The survival rates of cancer patients can be affected by depression, according to University of British Columbia researchers. To determine the effects of depression on cancer patients' disease progression and survival, UBC psychology graduate student Jillian Satin and colleagues analyzed 26 studies they could identify related to the topic.
The UBC researchers found 9,417 patients in the studies that examined the effects of depression on patients' cancer progression and survival and their analysis was published online Monday by the American Cancer Society journal Cancer.
"We found an increased risk of death in patients who report more depressive symptoms than others and also in patients who have been diagnosed with a depressive disorder compared to patients who have not," said Satin, in the UBC release Monday.In the combined studies, the death rates were as much as 25 per cent higher in patients with depressive symptoms and 39 per cent higher in patients diagnosed with major or minor depression.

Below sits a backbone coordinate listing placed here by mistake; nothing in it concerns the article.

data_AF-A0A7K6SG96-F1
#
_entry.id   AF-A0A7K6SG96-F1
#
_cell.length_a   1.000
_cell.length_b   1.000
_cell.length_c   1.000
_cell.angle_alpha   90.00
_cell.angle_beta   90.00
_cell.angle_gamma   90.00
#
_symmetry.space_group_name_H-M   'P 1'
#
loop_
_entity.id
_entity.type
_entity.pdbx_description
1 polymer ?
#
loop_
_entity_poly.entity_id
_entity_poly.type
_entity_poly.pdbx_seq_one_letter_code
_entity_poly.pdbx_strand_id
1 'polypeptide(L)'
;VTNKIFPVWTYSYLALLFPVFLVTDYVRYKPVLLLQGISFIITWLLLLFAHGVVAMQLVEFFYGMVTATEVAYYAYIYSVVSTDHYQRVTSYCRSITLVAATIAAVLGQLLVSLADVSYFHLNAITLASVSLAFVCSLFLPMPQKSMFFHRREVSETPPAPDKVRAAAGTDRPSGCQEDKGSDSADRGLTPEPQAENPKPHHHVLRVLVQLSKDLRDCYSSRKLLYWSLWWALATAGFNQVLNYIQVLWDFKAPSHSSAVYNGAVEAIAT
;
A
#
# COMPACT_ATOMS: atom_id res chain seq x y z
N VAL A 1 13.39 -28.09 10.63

The increased risks remained even after considering other clinical characteristics that might affect survival, indicating that depression may actually play a part in shortening survival. However, the authors say in the release that additional research must be conducted before any conclusions can be reached.
The investigators note that the actual risk of death associated with depression in cancer patients is still small, so patients should not feel that they must maintain a positive attitude to beat their disease. The researchers didn't find a clear relation between depression and cancer progression, although only three studies were available to check.